Funding win will give wind turbine blades a second life

Fiona Lindsay with a blade derived table. (Photo: Colin Hatterley)

A SCOTTISH start-up company is on its way to becoming a global leader in repurposing wind turbine blades after securing funding from the UK’s national innovation agency for a project titled ‘Certifying Wind Turbine Blade Derived Products’. 

The grant from Innovate UK’s sought after Fast Start competition will allow the development of a materials testing framework and safety certification regime for decommissioned wind turbine blades. 

The framework, to be developed by independent composite experts, will open the door for the UK’s decommissioned turbine blades to be transformed into public realm infrastructure, such as shelters and benches.  

The funding was awarded after ReBlade responded to a competitive challenge issued by Innovate UK earlier this year calling for affordable, adoptable, and investible solutions for reducing environmental impact. 

Fiona Lindsay, Technical Director and co-founder of ReBlade, said that award evidences high-level backing for sustainable approaches to blade disposal.

“Wind turbine blades are notoriously difficult to recycle and finding uses for them has been a known challenge within the renewables industry for years. It’s a challenge I was personally keen to address, because as the first generation wind turbines I helped to put up early in my career start to come down, I want to help find a sustainable solution and a circular end destination for the material.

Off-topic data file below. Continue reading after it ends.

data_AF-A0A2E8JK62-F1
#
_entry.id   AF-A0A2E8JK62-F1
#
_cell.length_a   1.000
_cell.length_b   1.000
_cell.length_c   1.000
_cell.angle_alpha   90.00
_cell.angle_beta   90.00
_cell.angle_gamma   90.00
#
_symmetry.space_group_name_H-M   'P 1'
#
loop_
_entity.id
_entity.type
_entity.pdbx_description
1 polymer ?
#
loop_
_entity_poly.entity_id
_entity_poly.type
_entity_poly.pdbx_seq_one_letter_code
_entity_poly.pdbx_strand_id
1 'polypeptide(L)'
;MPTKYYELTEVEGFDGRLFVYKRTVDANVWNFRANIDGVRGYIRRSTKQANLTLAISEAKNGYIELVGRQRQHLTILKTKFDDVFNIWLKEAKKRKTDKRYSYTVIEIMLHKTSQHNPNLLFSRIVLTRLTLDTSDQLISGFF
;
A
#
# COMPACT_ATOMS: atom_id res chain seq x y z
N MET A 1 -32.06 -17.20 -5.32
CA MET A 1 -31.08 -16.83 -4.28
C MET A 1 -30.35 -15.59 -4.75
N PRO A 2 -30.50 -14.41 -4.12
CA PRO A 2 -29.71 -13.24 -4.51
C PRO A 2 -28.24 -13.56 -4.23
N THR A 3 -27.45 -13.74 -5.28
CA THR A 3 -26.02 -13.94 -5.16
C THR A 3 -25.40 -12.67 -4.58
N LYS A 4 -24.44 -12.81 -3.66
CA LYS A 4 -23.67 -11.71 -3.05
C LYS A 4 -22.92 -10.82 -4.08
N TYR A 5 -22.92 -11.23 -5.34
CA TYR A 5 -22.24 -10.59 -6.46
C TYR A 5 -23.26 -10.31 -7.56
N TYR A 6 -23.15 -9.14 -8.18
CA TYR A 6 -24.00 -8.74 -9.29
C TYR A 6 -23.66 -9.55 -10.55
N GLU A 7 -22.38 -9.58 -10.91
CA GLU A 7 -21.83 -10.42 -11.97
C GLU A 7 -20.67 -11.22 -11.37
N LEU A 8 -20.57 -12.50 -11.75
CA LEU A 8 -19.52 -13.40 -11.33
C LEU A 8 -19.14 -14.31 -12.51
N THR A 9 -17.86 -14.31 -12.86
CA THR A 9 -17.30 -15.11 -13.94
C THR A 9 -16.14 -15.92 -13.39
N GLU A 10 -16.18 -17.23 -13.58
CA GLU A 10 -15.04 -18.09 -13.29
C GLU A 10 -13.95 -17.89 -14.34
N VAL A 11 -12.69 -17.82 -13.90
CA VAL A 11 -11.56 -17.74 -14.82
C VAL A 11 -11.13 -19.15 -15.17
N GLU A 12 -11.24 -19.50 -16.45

“I’m delighted that Innovate UK has recognised the potential for circular disposal of these blades by backing this project. Turbine blades are incredibly strong and robust components, and this new research will equip us with structural integrity checks and tests to make informed decisions about the circular potential and reuse viability of each blade.” 

ScottishPower Renewables is currently working with ReBlade to explore options available in repurposing its end-of-life blades. Barry Carruthers, Managing Director for SPR Onshore (UK & Ireland) said: 

“Congratulations to ReBlade on this award. We pride ourselves on being a responsible and sustainable renewables provider and the funding will help inform the work underway with ReBlade to explore the potential for giving turbine blades a new lease of life and a different way of making a green contribution to society.”

Scottish Renewables, the voice of Scotland’s renewable energy industry, has also welcomed the award, highlighting it is as yet another example of Scottish based SMEs leading the way in innovating for the industry. 

Emma Harrick, Head of Energy Transition and Supply Chain at Scottish Renewables, said: 

“It’s great news that the exceptional work ReBlade does in sustainable turbine blade decommissioning has been recognised by Innovate UK’s Fast Start competition.

“With a truly innovative approach, ReBlade has made a significant impact in the circular economy and is an exciting example of how adopting a circular approach can present a great opportunity for many businesses as Scotland transitions to net-zero.

“I look forward to seeing ReBlade continue to grow and play a key role in this area of our industry.”

The six month innovation project will conclude in April with plans for the blade-derived items expected to be unveiled in early 2023.

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